So why, in the face of all this, do liberals still adamantly aver our Constitution to be a "living, breathing document"? May I suggest a translation here from politico-speak to plain, simple English? What they are really saying here is that our Constitution says whatever they want it to say, and means whatever they want it to mean. Two glaring examples of this prevail to this day. The first example is the Roe v. Wade Supreme Court decision of 1973, in which a liberal-dominated Supreme Court ruled in a 5-4 decision that a woman has a "constitutional" right to have her unborn child aborted. Yet where in the Constitution is this matter addressed, or, for that matter, even suggested? I have read the Constitution -- more than once -- and I can unequivocally state for the record that it IS NOT THERE! Yet because five liberal Supreme Court justices agreed that it OUGHT to be there, even if it isn't, it was therefore made "constitutional" by judicial fiat. To this day, Democrats and other liberals still glowing cite "a woman's constitutional right to a safe, legal abortion," though their claim has absolutely no basis in fact.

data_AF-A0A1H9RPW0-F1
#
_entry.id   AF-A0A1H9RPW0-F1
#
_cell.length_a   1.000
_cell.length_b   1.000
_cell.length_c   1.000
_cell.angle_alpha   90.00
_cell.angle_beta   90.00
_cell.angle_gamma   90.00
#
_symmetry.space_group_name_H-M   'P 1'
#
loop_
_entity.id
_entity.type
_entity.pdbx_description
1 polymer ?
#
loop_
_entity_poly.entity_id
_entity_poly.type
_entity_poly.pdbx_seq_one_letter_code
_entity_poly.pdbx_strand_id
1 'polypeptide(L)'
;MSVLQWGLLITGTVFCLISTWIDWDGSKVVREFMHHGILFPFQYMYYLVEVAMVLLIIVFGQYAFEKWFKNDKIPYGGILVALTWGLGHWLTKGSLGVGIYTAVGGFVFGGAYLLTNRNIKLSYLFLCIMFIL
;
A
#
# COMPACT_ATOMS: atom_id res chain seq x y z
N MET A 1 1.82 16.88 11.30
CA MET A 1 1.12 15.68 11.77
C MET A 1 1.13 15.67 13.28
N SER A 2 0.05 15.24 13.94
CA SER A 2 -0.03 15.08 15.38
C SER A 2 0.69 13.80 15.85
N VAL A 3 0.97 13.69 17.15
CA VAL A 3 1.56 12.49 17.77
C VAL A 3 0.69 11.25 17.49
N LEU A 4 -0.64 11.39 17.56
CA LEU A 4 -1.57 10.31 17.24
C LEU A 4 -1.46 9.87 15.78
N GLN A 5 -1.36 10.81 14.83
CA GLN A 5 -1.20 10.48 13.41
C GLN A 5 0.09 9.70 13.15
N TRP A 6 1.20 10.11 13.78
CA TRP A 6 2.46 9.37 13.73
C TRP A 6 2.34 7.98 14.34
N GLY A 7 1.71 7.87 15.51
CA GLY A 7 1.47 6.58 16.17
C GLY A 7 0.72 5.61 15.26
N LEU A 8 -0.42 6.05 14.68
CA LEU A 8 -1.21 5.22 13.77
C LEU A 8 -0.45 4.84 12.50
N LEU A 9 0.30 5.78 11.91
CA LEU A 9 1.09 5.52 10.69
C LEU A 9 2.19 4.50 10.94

The second is a deliberate misreading of the Establishment Clause of the First Amendment which supposedly establishes the separation of Church and State. The Establishment Clause simply reads, "The Congress shall make no law respecting the establishment of a religion." What it means, and was fully intended to mean, is that there would be no establishment of any one religion to be the national religion in exclusion of all others. There is nothing here about any supposed separation of Church and State, though liberals continually read this into the Establishment Clause. What follows the Establishment Clause -- and about what we never hear a peep out of from liberals -- is the Exercise Clause, which states, "nor prohibiting the free exercise thereof." It is the Exercise Clause, in fact, that liberals have DELIBERATELY ignored, resulting in federal regulations prohibiting school prayer, praying in public places, and displays of the Ten Commandments and other things pertaining to religion.